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Tuesday, February 14, 2012

Battle of Fort Donelson – Bombardment


Early on the morning of February 14th, a council of war was held by the Confederate command. It was agreed that Fort Donelson was untenable, and that they must attempt to escape the fort. General Pillow was assigned to lead the breakout. As he was preparing to advance, one of his aides was killed by a sharpshooter. Pillow was very unnerved by this. Even though all the troops were gathered and ready to attack, he canceled the breakout because he believed that the Federals knew of the attempt.
Fort Donelson River Battery today
Later in the day the rest of the Union army and navy arrived. Grant convinced Foote to attack at once, even though he had not reconnoitered. Foote agreed, and putting his gunboats in line began to fire on the Confederate position. The Southerns held their fire until the gunboats arrived within 400 yards, and then opened on them. Unlike at Fort Henry where the defensive artillery had little effect, the plunging fire from Fort Donelson was very effective. Foote wounded was in the foot, and the St. Louis, his flagship floated helplessly downstream. The Louisville was disabled and the Pittsburg began to sink. Out of 500 rounds fired by the Confederates, 169 scored hits, a very high number. Eight sailors were killed and 44 wounded. The Confederates had no casualties.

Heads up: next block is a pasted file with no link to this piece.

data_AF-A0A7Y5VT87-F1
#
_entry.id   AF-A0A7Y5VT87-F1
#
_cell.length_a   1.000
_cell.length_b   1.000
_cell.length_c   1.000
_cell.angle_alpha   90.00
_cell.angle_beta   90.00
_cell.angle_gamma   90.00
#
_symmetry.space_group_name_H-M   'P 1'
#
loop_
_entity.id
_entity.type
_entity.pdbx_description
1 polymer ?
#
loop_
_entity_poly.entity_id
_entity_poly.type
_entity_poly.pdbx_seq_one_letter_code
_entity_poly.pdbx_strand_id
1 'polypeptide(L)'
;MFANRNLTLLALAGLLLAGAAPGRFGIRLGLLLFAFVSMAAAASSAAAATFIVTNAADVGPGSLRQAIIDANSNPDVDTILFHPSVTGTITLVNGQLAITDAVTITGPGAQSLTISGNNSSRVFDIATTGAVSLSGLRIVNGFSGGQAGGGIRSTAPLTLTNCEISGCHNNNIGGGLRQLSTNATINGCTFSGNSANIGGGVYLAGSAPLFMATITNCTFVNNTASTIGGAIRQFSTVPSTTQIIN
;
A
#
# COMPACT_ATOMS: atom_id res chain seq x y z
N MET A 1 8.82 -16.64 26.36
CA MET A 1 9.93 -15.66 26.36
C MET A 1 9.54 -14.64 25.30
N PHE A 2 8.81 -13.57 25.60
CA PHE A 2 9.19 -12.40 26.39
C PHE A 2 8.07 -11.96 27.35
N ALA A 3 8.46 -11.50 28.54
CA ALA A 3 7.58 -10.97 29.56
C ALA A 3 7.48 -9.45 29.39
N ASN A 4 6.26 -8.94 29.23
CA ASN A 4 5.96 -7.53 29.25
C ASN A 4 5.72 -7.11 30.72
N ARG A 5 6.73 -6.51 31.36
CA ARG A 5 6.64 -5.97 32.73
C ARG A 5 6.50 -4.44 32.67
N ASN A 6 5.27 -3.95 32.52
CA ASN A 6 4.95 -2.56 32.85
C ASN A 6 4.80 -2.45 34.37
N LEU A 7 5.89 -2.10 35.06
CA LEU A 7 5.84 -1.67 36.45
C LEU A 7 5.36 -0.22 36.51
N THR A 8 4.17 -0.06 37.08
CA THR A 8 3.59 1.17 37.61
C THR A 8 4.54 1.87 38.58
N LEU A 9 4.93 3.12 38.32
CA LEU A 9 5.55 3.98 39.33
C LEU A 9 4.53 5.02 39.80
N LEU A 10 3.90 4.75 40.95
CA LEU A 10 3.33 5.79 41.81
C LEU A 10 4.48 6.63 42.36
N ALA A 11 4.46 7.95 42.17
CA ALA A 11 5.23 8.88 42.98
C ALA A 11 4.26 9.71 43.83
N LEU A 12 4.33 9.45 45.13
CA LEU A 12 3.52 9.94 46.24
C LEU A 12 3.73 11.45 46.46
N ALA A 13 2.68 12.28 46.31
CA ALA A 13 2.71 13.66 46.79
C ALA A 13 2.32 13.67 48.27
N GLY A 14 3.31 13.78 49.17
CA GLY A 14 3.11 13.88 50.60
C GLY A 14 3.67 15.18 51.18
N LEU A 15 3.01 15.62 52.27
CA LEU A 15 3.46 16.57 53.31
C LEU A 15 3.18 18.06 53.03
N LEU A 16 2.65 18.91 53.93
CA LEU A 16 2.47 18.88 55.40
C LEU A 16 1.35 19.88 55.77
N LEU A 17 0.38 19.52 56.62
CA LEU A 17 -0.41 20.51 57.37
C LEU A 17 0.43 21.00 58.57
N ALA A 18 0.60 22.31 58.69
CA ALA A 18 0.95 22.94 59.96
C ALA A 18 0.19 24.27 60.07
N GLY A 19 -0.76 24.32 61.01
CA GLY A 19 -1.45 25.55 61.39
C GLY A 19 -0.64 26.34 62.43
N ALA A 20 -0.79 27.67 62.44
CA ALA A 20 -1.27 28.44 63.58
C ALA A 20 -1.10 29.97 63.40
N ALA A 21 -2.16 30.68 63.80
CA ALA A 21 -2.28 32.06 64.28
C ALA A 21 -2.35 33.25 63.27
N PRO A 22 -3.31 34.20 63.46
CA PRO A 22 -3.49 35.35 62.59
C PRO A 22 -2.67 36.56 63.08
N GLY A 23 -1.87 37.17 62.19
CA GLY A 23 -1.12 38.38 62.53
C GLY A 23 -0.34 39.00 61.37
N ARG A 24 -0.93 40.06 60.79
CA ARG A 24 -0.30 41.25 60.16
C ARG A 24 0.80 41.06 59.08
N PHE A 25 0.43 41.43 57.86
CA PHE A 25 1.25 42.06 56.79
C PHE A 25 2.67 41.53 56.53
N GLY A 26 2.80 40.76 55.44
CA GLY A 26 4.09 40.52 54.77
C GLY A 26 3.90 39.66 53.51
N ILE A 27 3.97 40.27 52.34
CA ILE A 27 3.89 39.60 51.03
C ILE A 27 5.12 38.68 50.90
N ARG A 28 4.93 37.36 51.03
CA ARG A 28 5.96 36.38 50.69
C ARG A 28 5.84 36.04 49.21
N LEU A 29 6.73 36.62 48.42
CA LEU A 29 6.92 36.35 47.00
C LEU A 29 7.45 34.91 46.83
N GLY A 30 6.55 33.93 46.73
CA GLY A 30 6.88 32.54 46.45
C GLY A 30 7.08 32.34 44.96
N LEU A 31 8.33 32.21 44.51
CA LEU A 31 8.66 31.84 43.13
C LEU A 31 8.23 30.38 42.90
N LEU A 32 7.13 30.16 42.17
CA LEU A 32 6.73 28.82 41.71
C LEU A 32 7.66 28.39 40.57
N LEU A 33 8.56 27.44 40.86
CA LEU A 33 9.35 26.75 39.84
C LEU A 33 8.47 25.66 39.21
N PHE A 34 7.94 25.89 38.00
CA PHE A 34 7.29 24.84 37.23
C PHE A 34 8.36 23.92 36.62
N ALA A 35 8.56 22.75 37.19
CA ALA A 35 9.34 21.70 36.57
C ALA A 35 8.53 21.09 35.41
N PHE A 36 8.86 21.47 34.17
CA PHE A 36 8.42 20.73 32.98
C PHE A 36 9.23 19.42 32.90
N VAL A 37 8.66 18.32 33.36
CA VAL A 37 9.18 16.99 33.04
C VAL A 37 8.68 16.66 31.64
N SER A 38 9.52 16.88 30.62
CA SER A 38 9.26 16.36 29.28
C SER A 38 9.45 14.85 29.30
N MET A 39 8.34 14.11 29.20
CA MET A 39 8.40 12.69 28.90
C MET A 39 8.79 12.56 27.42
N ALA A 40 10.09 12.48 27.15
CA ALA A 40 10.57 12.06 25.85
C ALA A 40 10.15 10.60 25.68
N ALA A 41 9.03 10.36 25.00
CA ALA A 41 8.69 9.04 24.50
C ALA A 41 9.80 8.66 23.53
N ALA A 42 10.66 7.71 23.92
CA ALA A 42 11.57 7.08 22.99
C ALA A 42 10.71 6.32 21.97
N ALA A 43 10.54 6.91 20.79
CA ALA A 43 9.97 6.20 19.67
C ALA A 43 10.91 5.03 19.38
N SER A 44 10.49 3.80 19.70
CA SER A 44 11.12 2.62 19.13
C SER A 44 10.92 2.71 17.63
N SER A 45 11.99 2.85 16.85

Ironclads firing on Donelson
Foote and Grant had been deceived by the ease of their victory at Fort Henry. The fleet had been severally damaged, and it seemed impossible that they would be able to subdue the fort. But the Confederates were still surrounded by a strong army. If the fort would fall, it would through a siege from Grant's army.

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